Since no matter what I do satellite internet is going to be extremely and possibly prohibitively expensive I would love to find something portable that would extend the range at which i get cellular internet signal (for verizon i think) i could just tether my laptop to my verizon iphone to get signal some places but I'm wondering if getting a 3g dongle or some sort of dedicated range extender is going to be better in terms of signal range, anyone have any ideas/experiences?

As far as what work ill be doing, I work in internet marketing and the main things im going to be doing online are monitoring statistics on our internal admin panel and accessing online ad tracking software. I'll also be sending/receiving emails and using some windows programs to create and build ads so i'll need windows access. At least part of the work i can do with my iphone to reduce power consumption but i will need to get on a laptop at least a little bit.

Right now heres the gear list i'm thinking:

explorer 110 bgan terminal: 2 lbs and 30w max power usage. pretty much the lightest terminal around i think. costs about 3k but i think ill start by renting for a month for about $200
asus zenbook: 3 lbs (I already have it and it uses 35w max so i think ill try and data optimize and ruggedize it)
brunton solaris 62w panel: 3.5 lbs. about $1,000
extra batteries, the tekeon 3400 will power my laptop once i think or the explorer 110 almost twice: 3 lbs, $100
waterproof laptop case, power adapters etc: 2 lbs, lets say $300
3g dongle and data plan: depends

So a total of around 14 pounds for everything and a cost of about $1500 to own the minimal power gear, 200 for a month test of the bgan, and add whatever satelite and cell data end up costing.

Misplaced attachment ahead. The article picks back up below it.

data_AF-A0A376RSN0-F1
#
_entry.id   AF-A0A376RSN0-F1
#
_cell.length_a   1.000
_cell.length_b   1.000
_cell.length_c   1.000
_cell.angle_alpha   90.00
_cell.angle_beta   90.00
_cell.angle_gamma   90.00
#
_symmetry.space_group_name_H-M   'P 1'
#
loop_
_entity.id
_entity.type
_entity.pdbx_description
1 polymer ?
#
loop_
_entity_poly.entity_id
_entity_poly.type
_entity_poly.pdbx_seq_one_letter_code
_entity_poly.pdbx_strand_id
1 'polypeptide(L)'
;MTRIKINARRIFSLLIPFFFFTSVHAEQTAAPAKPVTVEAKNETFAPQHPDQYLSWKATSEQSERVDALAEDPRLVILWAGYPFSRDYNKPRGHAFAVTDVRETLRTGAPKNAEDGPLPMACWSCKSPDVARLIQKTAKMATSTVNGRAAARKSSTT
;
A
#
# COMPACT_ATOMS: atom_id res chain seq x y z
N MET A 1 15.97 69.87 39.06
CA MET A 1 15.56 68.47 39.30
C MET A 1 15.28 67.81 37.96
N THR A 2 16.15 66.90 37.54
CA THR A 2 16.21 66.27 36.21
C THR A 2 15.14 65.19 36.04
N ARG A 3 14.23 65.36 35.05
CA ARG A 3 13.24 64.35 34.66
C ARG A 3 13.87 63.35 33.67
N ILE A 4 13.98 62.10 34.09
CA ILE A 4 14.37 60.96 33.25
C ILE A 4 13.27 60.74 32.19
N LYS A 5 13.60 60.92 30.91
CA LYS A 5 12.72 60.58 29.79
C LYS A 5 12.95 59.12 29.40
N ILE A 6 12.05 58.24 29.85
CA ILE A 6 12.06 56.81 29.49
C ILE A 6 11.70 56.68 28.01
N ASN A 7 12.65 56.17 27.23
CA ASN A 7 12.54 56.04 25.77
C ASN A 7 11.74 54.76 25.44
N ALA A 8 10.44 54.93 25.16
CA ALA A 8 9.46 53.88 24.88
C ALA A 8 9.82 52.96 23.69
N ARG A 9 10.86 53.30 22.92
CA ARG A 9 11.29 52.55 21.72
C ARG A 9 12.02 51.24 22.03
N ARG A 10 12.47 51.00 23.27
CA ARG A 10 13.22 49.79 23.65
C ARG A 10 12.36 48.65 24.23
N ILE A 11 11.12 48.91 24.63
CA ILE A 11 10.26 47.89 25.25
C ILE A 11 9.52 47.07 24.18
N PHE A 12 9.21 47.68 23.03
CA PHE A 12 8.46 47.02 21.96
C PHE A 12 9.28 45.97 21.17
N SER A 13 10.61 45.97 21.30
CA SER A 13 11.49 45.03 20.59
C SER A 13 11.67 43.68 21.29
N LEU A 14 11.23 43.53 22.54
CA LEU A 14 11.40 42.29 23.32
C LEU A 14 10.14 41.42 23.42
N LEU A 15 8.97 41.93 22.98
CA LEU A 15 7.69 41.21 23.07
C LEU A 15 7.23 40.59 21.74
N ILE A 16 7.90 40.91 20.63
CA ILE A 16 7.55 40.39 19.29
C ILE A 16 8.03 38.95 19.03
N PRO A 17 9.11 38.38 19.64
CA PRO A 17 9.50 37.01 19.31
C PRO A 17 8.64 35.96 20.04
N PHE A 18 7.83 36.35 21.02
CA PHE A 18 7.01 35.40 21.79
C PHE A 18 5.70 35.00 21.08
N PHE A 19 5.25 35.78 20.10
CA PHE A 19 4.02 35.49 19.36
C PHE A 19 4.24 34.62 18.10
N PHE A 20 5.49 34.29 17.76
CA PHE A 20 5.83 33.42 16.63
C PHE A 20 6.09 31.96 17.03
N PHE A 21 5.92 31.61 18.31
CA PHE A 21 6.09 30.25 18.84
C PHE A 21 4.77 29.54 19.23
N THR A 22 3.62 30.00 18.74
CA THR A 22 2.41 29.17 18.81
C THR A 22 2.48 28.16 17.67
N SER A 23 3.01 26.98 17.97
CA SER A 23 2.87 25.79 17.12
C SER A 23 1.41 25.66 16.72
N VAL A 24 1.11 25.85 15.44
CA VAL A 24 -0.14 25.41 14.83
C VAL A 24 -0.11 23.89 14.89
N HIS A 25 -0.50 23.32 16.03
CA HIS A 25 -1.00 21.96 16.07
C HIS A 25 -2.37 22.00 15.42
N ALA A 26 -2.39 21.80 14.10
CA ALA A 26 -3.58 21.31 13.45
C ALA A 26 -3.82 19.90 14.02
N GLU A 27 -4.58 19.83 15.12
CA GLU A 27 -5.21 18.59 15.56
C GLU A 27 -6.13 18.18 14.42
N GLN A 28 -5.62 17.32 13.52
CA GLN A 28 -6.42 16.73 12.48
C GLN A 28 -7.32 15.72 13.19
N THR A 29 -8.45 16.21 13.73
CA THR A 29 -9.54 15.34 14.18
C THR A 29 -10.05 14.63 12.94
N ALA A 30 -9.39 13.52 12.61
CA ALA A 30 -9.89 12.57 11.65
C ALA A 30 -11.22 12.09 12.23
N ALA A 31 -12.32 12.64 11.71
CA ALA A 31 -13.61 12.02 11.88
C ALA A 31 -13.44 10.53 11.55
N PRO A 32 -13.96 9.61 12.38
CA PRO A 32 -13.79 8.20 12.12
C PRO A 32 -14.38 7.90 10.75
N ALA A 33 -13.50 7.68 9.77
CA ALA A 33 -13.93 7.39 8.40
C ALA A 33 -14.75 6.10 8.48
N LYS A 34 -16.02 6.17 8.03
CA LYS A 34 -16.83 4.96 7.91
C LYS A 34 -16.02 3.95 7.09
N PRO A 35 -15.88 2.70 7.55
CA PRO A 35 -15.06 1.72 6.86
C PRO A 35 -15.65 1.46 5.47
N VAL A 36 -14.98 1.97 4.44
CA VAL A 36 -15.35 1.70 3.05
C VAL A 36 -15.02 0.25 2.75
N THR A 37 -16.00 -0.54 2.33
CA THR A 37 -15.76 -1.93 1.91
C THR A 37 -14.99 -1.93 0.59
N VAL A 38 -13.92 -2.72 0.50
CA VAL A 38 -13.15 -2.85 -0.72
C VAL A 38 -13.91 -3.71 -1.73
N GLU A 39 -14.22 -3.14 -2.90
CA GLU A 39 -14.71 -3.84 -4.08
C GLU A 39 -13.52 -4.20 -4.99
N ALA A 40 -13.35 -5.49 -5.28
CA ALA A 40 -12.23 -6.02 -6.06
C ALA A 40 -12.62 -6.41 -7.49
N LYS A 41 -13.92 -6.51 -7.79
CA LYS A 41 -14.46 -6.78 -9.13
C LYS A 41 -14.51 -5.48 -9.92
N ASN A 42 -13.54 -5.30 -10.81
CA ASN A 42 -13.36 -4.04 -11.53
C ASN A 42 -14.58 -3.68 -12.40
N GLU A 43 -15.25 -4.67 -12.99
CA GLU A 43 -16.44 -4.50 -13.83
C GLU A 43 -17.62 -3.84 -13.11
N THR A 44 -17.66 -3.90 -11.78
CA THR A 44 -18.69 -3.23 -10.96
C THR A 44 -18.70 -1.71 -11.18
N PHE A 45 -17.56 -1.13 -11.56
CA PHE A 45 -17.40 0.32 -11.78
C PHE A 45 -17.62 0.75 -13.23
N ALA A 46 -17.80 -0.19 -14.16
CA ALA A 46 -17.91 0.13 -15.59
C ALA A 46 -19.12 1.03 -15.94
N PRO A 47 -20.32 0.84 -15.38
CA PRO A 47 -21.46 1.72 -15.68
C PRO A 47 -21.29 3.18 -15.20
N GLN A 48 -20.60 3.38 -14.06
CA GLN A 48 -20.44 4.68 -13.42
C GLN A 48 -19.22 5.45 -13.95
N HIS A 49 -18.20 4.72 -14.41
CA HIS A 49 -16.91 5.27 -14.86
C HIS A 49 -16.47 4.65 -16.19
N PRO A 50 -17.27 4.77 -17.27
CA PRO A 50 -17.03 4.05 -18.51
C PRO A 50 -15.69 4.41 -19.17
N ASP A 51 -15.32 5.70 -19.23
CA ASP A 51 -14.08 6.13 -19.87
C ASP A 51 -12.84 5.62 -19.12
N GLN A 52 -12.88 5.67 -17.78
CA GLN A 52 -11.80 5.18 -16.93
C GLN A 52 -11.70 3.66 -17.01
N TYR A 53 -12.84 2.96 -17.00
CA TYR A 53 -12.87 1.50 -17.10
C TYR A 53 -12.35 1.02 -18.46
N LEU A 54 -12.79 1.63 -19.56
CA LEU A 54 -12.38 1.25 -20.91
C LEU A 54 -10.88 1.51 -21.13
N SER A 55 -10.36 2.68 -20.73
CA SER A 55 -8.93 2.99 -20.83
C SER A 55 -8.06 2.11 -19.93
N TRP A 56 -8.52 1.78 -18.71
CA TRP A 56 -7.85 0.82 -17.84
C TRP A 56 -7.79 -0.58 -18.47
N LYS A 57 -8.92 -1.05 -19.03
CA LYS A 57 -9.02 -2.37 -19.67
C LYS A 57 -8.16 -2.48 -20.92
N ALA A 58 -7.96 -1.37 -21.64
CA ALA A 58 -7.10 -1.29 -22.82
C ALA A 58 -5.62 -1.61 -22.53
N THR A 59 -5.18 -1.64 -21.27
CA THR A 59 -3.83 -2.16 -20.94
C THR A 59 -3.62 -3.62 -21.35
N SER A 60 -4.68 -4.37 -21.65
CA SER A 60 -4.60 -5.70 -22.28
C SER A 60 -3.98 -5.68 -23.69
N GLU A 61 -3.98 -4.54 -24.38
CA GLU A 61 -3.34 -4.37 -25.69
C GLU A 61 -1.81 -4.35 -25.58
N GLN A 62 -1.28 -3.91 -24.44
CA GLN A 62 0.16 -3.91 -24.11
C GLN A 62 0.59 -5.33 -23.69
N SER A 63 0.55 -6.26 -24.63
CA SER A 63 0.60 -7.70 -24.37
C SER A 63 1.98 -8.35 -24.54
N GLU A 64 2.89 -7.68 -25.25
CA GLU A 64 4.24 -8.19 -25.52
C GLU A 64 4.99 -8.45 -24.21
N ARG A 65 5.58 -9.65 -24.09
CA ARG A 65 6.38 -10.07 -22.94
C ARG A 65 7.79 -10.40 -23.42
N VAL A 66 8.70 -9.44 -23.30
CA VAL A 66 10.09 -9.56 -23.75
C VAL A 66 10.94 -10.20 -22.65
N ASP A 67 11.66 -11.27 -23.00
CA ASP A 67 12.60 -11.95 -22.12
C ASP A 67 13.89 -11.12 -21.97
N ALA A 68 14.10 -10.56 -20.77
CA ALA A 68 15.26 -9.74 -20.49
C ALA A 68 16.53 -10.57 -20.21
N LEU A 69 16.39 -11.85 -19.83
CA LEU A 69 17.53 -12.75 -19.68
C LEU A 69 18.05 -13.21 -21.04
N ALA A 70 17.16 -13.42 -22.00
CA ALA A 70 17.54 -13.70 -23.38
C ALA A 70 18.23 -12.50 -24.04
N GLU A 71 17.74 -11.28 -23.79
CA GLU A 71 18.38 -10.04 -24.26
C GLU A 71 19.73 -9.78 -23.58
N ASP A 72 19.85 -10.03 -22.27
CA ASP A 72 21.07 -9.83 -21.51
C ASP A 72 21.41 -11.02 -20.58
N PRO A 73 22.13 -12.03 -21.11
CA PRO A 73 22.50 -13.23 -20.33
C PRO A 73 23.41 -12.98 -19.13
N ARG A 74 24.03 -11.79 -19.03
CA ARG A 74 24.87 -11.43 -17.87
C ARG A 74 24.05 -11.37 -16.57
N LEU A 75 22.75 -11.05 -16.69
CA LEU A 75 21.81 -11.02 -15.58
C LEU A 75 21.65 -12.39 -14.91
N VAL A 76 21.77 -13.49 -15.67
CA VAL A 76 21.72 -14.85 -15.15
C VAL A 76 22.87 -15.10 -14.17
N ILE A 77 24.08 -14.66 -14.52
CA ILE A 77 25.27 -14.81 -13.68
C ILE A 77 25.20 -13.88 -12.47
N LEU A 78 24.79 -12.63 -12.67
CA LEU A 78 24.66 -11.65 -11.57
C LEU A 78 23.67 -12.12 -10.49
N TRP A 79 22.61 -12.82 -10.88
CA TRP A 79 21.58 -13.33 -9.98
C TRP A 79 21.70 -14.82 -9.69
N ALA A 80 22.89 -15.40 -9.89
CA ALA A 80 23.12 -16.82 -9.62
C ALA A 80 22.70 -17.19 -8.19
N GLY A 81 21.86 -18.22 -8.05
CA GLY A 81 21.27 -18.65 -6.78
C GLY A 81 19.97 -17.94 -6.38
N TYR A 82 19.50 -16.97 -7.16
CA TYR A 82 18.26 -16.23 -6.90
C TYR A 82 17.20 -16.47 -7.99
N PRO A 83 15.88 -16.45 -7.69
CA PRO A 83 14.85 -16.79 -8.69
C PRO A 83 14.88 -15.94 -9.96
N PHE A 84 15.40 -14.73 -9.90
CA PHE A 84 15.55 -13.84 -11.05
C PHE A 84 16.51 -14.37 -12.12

The solar solution might not be as cheap as i thought before but i think its definitely doable.
the power requirements are 30 watts max for the explorer 110 bgan terminal, 35 watts max for my zenbook laptop. thats a total of 65 watts max. even if i have to double this and get two solaris 62's the weight is possible even if the price is hard.

I'd also carry at least 3-4 hours worth of batteries using the laptop and bgan terminal simultaneously. It will depend on what i end up with but i think i can do this with between 3-5 pounds of batteries

My goal is to be able to have a fairly normal office in the wilderness, working at least a couple of hours a day so long as there is sun. Its the need to work that holds me back from being able to do the long trips that i want and if i bring the office with me, despicable as that may be, its going to allow me to do that.

Nigel Healy
(nigelhealy) - F

Locale: San Francisco bay area
Re: tentative gear list on 04/17/2012 20:19:23 MDT Print View

RDP, set your screen size to the minimum, set color depth to minimum, the actual bandwidth is related to the amount of screen-change going on, but you can see 16Kbit-64Kbit type bandwidth demands. You can learn how to across your home network and count the bytes doing some tasks for some time. What I do is place RDP inside SSH which compresses and encrypts, but that is quite a geeky thing I can walk you through offline, if you can say a desktop at home to all you need, you then can access that home desktop remotely. To get inside corporate networks is trickier.